A professor at Texas State University-San Marcos understands Ray Charles' legacy, because he was a part of it.
James Polk said Charles didn't even need a piano to arrange songs for his 26-piece band.
"And you should have heard some of that stuff, man," Polk said. "It was incredible.."
Polk started playing piano for the legend of soul in 1978 after an old friend in the band suggested him to Charles' bandleader after an Austin performance. But there was no opening. Two weeks later, though, the band's piano player was fired and James Polk got a phone call from the man himself.
"'James Polk?' I said, 'ya.' And he said 'This is Brother Ray,' " Polk said.
He gave his notice to the local club where he was booked, and joined Charles and company two weeks later - and for the next 10 years.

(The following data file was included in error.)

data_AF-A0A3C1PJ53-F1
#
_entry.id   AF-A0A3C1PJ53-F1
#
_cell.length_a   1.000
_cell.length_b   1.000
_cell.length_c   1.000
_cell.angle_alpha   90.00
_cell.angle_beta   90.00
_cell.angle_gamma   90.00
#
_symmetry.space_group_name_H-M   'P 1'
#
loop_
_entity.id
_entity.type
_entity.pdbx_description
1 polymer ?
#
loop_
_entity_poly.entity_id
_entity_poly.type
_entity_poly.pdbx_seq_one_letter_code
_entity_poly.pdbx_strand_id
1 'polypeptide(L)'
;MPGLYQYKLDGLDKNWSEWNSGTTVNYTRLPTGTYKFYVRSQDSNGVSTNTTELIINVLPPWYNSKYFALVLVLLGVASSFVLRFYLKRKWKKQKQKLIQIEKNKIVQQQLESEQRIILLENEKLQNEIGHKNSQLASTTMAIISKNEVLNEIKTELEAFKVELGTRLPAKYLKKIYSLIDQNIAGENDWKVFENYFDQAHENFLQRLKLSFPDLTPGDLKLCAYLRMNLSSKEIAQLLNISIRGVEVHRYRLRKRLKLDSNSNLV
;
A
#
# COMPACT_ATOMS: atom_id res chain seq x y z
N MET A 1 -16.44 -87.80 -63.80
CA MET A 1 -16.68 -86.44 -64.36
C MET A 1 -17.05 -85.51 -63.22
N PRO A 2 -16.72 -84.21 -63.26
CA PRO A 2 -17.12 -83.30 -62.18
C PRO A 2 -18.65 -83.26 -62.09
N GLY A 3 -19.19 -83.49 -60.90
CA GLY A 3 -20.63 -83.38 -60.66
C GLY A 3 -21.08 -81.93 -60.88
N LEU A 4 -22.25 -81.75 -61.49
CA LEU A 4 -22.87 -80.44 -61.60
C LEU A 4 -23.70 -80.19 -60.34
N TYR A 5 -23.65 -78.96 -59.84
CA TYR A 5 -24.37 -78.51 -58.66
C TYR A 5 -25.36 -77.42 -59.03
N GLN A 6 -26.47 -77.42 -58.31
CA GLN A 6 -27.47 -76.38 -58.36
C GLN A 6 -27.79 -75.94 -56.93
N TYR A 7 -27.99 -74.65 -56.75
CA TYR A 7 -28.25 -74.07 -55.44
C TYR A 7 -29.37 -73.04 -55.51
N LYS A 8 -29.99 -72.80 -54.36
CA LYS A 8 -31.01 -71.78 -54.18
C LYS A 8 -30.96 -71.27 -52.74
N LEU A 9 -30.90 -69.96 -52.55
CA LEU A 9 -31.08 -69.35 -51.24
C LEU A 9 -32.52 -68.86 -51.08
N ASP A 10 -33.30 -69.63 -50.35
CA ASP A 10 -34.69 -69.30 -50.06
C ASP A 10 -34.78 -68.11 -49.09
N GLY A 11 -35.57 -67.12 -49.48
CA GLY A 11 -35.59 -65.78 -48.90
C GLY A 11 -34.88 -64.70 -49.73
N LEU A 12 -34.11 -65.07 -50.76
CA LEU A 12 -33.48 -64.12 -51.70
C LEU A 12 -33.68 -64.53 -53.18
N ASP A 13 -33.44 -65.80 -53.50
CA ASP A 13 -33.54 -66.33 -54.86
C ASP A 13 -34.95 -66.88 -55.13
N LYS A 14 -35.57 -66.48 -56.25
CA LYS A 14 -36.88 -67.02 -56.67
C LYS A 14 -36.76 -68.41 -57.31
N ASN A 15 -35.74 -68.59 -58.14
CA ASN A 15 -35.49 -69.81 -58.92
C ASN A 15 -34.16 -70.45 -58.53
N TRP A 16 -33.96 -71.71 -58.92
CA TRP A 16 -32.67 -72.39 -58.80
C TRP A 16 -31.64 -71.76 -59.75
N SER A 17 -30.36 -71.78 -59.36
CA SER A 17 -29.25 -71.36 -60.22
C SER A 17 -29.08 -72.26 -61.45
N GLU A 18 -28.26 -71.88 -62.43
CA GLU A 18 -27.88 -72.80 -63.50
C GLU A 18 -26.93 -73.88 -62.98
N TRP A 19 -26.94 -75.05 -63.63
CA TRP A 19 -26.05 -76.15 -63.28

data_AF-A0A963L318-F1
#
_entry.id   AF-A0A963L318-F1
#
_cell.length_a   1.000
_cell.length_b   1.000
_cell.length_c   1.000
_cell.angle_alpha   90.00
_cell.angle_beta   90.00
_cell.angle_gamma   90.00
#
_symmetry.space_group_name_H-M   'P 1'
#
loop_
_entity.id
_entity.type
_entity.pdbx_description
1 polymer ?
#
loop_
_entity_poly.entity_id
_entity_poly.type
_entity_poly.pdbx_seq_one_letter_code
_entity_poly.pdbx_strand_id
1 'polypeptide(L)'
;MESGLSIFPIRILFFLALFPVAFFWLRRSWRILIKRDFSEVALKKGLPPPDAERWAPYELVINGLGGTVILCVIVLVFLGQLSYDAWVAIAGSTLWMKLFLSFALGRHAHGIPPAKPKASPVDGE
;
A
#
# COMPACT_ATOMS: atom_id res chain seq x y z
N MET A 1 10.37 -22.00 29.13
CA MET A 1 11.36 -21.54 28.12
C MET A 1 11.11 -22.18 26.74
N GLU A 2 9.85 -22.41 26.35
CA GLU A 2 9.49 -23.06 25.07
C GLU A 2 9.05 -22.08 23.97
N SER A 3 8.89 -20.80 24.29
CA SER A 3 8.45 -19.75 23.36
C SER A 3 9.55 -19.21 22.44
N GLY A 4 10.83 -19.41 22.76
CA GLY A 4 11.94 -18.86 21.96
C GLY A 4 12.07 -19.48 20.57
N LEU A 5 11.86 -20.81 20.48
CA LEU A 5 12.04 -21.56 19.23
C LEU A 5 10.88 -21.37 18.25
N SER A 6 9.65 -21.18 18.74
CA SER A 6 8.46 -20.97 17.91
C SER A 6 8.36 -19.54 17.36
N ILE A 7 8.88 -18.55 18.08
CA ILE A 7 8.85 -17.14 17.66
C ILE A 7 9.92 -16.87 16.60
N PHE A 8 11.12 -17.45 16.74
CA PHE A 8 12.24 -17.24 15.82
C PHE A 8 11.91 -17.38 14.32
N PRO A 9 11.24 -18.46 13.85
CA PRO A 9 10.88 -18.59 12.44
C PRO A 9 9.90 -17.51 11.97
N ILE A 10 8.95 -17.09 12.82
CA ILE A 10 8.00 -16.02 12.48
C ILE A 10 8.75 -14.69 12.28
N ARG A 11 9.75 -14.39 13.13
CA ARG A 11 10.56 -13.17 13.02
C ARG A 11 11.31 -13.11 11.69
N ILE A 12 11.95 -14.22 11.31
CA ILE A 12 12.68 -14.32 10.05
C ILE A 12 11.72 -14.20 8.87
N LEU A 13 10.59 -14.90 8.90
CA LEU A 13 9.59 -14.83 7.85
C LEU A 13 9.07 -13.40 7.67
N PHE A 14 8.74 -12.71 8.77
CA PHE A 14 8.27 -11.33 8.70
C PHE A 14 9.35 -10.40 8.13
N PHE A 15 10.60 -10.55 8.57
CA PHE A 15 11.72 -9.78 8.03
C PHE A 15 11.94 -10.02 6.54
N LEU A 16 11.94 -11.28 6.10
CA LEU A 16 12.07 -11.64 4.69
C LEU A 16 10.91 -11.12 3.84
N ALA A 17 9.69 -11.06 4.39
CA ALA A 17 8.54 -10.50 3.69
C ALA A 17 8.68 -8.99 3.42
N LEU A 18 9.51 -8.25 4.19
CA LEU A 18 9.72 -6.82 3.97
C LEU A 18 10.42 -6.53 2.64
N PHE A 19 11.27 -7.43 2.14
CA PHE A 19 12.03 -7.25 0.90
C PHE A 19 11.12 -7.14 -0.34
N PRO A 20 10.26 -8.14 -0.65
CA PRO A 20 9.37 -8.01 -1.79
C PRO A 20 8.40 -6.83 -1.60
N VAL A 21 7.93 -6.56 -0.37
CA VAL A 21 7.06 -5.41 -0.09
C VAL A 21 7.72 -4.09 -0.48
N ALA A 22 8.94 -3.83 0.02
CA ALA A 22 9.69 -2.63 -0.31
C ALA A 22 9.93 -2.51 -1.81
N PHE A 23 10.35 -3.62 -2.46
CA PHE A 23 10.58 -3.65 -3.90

Polk was raised in a musical family, but his love of music hit a high note in the 1950s while in high school in Corpus Christi. He'd usually walk to a burger joint during his lunch period. And he always passed the sounds of bebop coming from the porch of one particular house.
"Sometimes I wouldn't even get a hamburger. Sometimes I would just sit there and listen," Polk said with a smile.
Polk eventually made his way to Huston-Tillotson College. He said there were some great musicians in the music department and in Austin.
Now, this jazz great is the one doing the teaching after a distinguished career which has included two Grammy nominations and being named Jazz Pianist of the Year in Texas.
He loves passing on his love of jazz to his students.
"They say, 'Ding, I've got it. This is it,' you know," Polk said. "And that's a real good feeling, you know, when they do that."
The biggest satisfaction comes from the success of his students after graduation. Many of them have gone on to play for big names.
Yes, even for Ray Charles.